NASA Rocket Launch of LADEE Satellite from Wallops Island, VA – A Sight to See
Weather conditions were perfect on the night of September 6, 2013 to watch the launch of the Minotaur V rocket from NASA’s space flight operations located in Wallops Island, VA. Our viewing point was South Bethany Beach, DE approximately 40 miles from Wallops Island. Not a cloud in the sky when the bright glow to our southwest illuminated the horizon in a ball of yellow colored light. Within seconds the long flame from the rocket engines could be seen rising into the night sky as the vehicles trajectory took it directly over our perch in the sand at the ocean’s edge. Stage separation, a total of five but we could clearly observe three, was beautiful to watch as the spacecraft flew by. The rocket was visible for approximately 2 minutes before the pin point of remaining light faded into the eastern sky.
According to news reports the rocket could be seen along the eastern seaboard as far south as South Carolina and points north beyond Boston, MA. As close as we were to NASA’s Wallops Flight Facility our viewing location was nothing short of fantastic.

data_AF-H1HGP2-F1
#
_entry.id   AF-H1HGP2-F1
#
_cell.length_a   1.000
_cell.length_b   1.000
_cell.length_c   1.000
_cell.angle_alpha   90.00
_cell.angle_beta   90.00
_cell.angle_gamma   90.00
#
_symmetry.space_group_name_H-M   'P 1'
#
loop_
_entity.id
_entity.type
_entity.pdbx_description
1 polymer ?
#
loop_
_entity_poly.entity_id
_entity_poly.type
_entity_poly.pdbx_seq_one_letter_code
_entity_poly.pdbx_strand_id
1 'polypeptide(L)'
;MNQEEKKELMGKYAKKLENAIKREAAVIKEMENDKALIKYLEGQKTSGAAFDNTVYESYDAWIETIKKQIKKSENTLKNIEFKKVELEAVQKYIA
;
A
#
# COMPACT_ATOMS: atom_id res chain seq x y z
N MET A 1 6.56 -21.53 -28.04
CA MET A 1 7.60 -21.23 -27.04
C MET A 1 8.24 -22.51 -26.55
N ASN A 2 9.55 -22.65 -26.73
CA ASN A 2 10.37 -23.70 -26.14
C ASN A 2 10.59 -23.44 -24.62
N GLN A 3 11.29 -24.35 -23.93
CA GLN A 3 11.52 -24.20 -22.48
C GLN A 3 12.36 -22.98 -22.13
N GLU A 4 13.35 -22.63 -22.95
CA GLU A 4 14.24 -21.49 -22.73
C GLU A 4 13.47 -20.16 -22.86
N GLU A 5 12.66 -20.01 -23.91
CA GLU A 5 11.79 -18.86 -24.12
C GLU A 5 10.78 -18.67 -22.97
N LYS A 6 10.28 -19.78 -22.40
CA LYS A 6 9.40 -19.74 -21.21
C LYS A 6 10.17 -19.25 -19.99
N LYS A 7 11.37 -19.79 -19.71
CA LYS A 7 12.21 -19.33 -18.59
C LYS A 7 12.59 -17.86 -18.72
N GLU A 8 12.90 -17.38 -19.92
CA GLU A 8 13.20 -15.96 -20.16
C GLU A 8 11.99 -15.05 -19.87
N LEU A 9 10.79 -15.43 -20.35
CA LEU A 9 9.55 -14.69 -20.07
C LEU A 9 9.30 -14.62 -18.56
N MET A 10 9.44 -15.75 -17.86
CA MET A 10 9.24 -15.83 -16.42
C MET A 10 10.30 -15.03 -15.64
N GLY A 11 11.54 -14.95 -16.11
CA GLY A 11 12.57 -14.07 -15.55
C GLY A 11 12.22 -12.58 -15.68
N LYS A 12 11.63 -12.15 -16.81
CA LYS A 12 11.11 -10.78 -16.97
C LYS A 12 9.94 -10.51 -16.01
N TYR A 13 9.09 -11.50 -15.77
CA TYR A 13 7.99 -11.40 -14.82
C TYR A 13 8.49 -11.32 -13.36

The Minotaur V rocket is carrying the LADEE satellite, which stands for Lunar Atmosphere Dust Environment Explorer. After launch the rocket will orbit the earth before continuing its journey to the moon to explore dust particulate in the thin lunar atmosphere. The abundance of dust on the lunar surface has been a mystery since the Apollo missions transported men to the moon starting in 1969.
The Minotaur V rocket has a long history in the U.S. arsenal. Its ancestry dates back to when it was referred to as the Peacekeeper missile. This is the first time a rocket launched from NASA’s Wallops Island, VA facility will leave earth’s orbit. Without question watching future night time launches is a must see event.